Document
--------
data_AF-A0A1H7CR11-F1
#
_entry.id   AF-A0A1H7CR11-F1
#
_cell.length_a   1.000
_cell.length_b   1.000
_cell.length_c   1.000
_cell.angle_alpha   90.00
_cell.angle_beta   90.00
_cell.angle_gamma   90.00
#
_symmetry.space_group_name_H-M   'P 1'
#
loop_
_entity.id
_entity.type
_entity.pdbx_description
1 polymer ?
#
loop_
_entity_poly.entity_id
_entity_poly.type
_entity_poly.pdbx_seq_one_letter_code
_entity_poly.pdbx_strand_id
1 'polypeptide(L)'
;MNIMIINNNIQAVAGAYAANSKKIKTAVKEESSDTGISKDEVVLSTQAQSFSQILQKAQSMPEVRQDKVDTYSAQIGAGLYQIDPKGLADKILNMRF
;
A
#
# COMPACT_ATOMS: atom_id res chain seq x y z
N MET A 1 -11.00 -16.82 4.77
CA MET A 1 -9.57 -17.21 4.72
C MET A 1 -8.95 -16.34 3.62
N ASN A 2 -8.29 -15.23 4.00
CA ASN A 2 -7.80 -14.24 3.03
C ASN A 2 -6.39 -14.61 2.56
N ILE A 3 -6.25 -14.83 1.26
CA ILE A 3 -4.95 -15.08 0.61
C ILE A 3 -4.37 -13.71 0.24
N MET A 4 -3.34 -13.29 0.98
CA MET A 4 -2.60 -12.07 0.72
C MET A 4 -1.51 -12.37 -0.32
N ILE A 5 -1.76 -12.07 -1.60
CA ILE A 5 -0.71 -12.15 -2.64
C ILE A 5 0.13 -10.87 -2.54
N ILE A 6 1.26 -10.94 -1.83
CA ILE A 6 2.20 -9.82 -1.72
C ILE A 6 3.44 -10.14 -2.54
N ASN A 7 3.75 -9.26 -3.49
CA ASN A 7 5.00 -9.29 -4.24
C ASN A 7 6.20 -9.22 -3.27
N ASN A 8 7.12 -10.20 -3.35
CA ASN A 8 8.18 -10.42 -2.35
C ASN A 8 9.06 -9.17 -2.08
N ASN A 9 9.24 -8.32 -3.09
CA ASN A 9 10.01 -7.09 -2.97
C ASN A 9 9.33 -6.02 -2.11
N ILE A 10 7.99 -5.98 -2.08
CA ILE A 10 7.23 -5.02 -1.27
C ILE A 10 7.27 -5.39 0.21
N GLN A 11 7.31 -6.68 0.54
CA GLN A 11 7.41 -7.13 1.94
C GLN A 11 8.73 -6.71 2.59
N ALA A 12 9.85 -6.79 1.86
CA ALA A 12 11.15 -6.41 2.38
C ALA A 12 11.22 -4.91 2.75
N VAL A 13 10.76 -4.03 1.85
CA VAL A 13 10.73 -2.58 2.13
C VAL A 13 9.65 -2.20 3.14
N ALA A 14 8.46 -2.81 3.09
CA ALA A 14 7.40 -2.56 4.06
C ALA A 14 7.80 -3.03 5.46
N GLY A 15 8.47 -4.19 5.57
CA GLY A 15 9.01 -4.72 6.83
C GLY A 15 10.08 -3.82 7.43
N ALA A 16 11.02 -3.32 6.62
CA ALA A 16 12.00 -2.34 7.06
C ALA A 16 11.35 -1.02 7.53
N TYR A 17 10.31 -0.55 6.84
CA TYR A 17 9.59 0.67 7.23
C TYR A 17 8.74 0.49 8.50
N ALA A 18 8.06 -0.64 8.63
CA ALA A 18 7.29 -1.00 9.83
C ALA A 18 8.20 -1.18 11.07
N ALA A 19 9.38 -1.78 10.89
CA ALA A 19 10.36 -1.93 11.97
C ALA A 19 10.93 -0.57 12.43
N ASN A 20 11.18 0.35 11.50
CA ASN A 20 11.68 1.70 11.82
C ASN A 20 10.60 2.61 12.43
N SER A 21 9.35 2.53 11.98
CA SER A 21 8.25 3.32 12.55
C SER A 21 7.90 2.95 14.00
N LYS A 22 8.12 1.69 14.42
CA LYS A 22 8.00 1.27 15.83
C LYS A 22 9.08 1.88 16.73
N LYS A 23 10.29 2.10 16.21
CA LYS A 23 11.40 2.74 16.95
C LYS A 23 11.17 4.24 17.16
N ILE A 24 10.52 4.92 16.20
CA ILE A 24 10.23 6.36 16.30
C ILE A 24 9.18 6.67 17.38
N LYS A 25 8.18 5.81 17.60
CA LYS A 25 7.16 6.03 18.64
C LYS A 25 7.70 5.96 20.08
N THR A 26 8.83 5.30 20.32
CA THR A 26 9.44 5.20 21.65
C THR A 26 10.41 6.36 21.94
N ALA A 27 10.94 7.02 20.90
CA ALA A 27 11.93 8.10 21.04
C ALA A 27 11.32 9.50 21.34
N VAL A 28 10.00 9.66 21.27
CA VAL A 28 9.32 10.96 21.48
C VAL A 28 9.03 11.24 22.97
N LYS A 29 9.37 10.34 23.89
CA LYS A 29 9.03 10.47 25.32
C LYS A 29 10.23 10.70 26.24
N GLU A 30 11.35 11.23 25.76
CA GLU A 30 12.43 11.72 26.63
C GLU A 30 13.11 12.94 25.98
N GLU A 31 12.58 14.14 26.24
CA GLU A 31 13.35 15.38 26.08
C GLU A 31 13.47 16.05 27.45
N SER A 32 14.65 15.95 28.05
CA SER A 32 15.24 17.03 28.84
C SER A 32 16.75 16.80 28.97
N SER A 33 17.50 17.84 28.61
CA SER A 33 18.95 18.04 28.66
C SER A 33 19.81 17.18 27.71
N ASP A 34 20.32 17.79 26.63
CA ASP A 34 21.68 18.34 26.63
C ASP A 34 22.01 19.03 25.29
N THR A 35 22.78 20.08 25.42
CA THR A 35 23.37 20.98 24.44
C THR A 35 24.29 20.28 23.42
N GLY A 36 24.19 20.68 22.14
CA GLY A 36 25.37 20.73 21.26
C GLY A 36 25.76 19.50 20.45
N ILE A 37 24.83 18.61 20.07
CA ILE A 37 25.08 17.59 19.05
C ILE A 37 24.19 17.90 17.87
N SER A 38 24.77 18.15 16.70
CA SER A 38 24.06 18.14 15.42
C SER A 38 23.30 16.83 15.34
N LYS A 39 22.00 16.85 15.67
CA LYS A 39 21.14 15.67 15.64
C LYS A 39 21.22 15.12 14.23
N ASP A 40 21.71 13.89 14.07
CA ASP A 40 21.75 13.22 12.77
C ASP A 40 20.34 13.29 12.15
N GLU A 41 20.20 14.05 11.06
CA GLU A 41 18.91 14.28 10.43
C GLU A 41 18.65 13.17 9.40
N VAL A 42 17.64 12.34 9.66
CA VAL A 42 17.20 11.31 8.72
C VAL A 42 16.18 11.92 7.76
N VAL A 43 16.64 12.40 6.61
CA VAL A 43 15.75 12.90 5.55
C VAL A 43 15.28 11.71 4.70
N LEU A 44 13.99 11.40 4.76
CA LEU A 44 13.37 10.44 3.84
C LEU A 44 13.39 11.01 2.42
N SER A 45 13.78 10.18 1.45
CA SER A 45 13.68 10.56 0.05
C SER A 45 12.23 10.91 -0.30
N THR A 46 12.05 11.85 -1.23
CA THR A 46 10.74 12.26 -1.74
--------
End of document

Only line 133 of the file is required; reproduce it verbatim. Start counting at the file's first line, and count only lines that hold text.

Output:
N THR A 35 22.78 20.08 25.42